Our last three opera outings have been to edgy, depressing dramas (Katya Kabanova, Il Cabeza di Bautista and Susannah), so when friends invited us to Garsington Opera, we were more than happy to go to a bit of light-hearted escapism in the form of Rossini's La Cenerentola. You know what you're getting with Rossini: tunes you can hum on the way home, nicely fashioned crescendos (and, indeed, accelerandos) for the overture and various points in the middle, and a suitable quantity of fast-talking quartets/quintets/sextets, which strike me as the 19th century Italian equivalent of today's rap music. It was our first time at Garsington: the setting is as gorgeous as you can imagine in the lovely gardens of an Oxfordshire mansion. The English weather did its best to spoil the occasion by chucking down buckets of rain and freezing us rigid, but I'm glad to say that it failed utterly. Before the show, Garsington's director Anthony Whitworth-Jones expressed to us the hope that the performers would warm our spirits: they certainly did that, and Rossini's appellation of La Cenerentola as a "dramma giocoso" lived up to its billing.

Rossini and his librettist Jacopo Ferretti provide an entertaining twist on the original Perrault fairy tale: the wicked stepmother is replaced by Don Magnifico, a vulgar, venal would-be courtier of a stepfather; the fairy godmother is turned into Alidoro, the prince's tutor and general manipulator of events, and a French-farce change of identities between the prince and his valet adds to the fun. But what made the evening for me was the comic acting and the supremely inventive staging.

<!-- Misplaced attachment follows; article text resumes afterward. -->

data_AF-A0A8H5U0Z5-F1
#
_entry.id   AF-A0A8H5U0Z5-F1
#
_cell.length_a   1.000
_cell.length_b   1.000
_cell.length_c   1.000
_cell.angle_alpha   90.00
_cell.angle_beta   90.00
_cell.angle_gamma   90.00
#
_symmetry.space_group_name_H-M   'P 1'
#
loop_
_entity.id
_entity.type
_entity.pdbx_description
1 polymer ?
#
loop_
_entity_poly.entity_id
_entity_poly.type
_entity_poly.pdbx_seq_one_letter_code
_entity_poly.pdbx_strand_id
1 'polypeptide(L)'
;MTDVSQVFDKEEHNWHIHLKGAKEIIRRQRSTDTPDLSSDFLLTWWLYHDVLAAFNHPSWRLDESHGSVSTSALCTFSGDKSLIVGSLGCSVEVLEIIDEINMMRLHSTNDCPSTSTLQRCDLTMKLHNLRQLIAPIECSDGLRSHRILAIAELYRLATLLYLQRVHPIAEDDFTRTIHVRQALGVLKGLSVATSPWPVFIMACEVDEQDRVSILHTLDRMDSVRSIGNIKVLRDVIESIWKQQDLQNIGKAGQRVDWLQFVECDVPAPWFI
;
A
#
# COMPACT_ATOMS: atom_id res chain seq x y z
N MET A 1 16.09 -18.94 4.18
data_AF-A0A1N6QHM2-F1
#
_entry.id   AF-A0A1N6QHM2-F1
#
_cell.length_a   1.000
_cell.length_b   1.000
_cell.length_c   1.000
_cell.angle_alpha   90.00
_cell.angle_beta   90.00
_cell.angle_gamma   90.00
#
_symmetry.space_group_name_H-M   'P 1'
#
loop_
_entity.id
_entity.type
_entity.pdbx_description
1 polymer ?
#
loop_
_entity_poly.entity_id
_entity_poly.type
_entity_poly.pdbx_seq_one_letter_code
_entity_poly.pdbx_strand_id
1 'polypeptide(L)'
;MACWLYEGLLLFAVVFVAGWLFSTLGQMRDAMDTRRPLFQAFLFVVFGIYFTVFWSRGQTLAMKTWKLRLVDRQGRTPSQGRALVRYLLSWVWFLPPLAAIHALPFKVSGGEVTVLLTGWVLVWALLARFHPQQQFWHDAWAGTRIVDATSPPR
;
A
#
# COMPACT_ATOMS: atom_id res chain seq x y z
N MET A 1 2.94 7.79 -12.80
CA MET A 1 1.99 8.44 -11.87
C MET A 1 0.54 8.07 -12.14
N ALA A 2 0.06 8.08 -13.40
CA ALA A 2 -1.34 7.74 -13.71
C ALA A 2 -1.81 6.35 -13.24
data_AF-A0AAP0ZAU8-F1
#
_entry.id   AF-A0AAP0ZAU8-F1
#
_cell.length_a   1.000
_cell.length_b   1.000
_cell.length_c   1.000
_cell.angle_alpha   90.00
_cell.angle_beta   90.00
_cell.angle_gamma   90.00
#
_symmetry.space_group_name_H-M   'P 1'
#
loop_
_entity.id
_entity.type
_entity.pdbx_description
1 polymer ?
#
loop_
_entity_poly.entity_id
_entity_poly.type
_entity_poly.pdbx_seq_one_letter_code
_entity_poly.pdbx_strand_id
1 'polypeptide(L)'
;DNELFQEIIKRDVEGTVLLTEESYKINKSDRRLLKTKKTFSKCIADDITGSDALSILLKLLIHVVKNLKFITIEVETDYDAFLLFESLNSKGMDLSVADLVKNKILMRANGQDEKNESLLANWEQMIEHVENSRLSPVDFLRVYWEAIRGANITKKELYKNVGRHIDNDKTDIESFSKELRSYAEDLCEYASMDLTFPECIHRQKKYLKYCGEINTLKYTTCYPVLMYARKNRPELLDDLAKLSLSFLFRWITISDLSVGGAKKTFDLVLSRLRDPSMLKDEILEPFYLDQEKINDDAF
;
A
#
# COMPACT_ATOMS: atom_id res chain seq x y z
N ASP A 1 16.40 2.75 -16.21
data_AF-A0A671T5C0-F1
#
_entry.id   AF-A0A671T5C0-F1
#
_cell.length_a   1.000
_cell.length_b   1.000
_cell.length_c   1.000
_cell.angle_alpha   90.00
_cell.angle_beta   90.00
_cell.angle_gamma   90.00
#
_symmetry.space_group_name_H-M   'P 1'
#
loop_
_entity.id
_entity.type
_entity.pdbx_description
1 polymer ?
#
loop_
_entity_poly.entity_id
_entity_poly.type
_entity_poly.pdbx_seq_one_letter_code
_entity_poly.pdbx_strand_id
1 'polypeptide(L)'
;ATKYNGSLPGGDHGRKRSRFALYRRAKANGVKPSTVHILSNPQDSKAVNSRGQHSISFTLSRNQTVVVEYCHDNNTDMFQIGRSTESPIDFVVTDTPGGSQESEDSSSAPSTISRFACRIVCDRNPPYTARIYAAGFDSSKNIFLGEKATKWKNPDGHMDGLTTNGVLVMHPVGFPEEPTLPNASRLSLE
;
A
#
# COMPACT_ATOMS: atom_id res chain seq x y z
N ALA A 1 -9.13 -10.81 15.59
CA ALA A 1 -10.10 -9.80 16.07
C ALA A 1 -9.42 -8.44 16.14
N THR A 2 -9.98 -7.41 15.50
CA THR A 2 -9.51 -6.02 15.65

In the Garsington version, the words and music are Rossini and Ferretti's original, but the production abounds with visual gags. The prince becomes the Hollywood star of the movie "Once upon a time", Alidoro is the director, the chorus are the camera-toting paparazzi, and Don Magnifico and the ugly sisters are trailer trash chavs aspiring to break into the big time. What makes the production so impressive is how much fun it manufactures out of how little scenery: Don Magnifico's down-at-heel caravan turns through 180º to become Prince Ramiro's desirable movie trailer, and the image is polished up by a few directors' chairs and some memorably tasteless outfits for the ugly sisters (if you go and see it, you won't miss Clorinda's sparkly green eye shadow). Director Daniel Slater conjures up great comic performances from the whole cast, with every glance and gesture getting laughs; Quirijn de Lang is particularly fine as Dandini, the Prince's valet who is instructed to impersonate his master and enjoys the whole experience rather too much.

The orchestra played with suitable Italianesque enthusiasm and verve, and the fast-paced ensemble numbers at which Rossini excels came across wonderfully. As far as the individual arias went, I'd have to class the singing as "good enough" rather than outstanding (I feel a shade mean in saying this as I came to Garsington two days after hearing Bernarda Fink, who is in rather a different league); the individual singing singing I enjoyed most was Joshua Bloom's deep, resonant Alidoro.

Without question, the audience left thoroughly cheered up. You can forget about opera being highbrow: this was an evening of pure escapist magic.

7th June 2009